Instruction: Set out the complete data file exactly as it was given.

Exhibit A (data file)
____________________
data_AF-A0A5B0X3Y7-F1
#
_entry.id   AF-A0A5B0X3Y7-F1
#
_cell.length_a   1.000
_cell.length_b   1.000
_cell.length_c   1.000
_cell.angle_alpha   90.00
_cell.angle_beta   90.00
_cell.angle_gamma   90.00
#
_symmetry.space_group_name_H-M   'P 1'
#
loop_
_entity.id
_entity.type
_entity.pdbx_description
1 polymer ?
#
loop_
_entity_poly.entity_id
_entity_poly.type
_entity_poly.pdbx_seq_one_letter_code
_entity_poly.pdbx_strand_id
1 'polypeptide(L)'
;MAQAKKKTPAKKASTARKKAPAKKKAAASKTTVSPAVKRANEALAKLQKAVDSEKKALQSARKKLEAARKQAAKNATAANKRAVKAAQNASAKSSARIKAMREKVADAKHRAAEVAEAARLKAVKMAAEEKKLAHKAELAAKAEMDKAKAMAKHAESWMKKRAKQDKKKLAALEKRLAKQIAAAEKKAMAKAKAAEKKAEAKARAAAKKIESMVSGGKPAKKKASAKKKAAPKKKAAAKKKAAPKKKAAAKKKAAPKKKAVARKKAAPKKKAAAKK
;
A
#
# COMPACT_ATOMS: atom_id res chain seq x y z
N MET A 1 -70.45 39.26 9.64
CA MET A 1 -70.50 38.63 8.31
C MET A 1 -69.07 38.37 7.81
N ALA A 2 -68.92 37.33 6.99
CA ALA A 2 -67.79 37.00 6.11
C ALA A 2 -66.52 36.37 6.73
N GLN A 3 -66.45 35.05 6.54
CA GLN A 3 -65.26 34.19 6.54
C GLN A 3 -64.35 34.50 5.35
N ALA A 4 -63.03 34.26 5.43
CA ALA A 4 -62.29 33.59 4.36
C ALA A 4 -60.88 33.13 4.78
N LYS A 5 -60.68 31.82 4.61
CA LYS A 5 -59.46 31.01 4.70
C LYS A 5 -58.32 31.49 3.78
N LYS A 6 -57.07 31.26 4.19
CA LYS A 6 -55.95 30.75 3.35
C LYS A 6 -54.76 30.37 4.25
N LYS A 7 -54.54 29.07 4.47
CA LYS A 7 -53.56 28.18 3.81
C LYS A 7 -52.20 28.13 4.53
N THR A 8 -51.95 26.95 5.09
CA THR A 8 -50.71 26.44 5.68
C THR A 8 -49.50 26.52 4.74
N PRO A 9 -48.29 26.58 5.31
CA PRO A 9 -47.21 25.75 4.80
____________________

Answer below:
data_AF-A0A5B0X3Y7-F1
#
_entry.id   AF-A0A5B0X3Y7-F1
#
_cell.length_a   1.000
_cell.length_b   1.000
_cell.length_c   1.000
_cell.angle_alpha   90.00
_cell.angle_beta   90.00
_cell.angle_gamma   90.00
#
_symmetry.space_group_name_H-M   'P 1'
#
loop_
_entity.id
_entity.type
_entity.pdbx_description
1 polymer ?
#
loop_
_entity_poly.entity_id
_entity_poly.type
_entity_poly.pdbx_seq_one_letter_code
_entity_poly.pdbx_strand_id
1 'polypeptide(L)'
;MAQAKKKTPAKKASTARKKAPAKKKAAASKTTVSPAVKRANEALAKLQKAVDSEKKALQSARKKLEAARKQAAKNATAANKRAVKAAQNASAKSSARIKAMREKVADAKHRAAEVAEAARLKAVKMAAEEKKLAHKAELAAKAEMDKAKAMAKHAESWMKKRAKQDKKKLAALEKRLAKQIAAAEKKAMAKAKAAEKKAEAKARAAAKKIESMVSGGKPAKKKASAKKKAAPKKKAAAKKKAAPKKKAAAKKKAAPKKKAVARKKAAPKKKAAAKK
;
A
#
# COMPACT_ATOMS: atom_id res chain seq x y z
N MET A 1 -70.45 39.26 9.64
CA MET A 1 -70.50 38.63 8.31
C MET A 1 -69.07 38.37 7.81
N ALA A 2 -68.92 37.33 6.99
CA ALA A 2 -67.79 37.00 6.11
C ALA A 2 -66.52 36.37 6.73
N GLN A 3 -66.45 35.05 6.54
CA GLN A 3 -65.26 34.19 6.54
C GLN A 3 -64.35 34.50 5.35
N ALA A 4 -63.03 34.26 5.43
CA ALA A 4 -62.29 33.59 4.36
C ALA A 4 -60.88 33.13 4.78
N LYS A 5 -60.68 31.82 4.61
CA LYS A 5 -59.46 31.01 4.70
C LYS A 5 -58.32 31.49 3.78
N LYS A 6 -57.07 31.26 4.19
CA LYS A 6 -55.95 30.75 3.35
C LYS A 6 -54.76 30.37 4.25
N LYS A 7 -54.54 29.07 4.47
CA LYS A 7 -53.56 28.18 3.81
C LYS A 7 -52.20 28.13 4.53
N THR A 8 -51.95 26.95 5.09
CA THR A 8 -50.71 26.44 5.68
C THR A 8 -49.50 26.52 4.74
N PRO A 9 -48.29 26.58 5.31
CA PRO A 9 -47.21 25.75 4.80